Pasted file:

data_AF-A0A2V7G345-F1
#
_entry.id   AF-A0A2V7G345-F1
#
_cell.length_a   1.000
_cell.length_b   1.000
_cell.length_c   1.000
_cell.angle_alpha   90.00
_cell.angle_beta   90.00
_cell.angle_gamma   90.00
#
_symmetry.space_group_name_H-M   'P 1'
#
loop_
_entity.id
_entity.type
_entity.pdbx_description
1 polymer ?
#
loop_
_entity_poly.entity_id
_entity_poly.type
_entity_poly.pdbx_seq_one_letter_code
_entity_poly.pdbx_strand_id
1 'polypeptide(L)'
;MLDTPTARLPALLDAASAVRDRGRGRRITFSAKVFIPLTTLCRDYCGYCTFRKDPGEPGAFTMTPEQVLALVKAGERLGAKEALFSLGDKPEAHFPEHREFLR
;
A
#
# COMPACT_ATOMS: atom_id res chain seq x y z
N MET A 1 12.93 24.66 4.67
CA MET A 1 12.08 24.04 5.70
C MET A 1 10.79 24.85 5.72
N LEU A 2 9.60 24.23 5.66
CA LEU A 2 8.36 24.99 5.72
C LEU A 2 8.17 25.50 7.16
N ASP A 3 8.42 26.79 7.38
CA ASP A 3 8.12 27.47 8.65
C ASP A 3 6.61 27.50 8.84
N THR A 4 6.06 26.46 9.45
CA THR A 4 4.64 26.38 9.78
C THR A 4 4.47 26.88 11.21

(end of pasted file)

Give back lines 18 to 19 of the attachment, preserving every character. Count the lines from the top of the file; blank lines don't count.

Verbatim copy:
1 polymer ?
#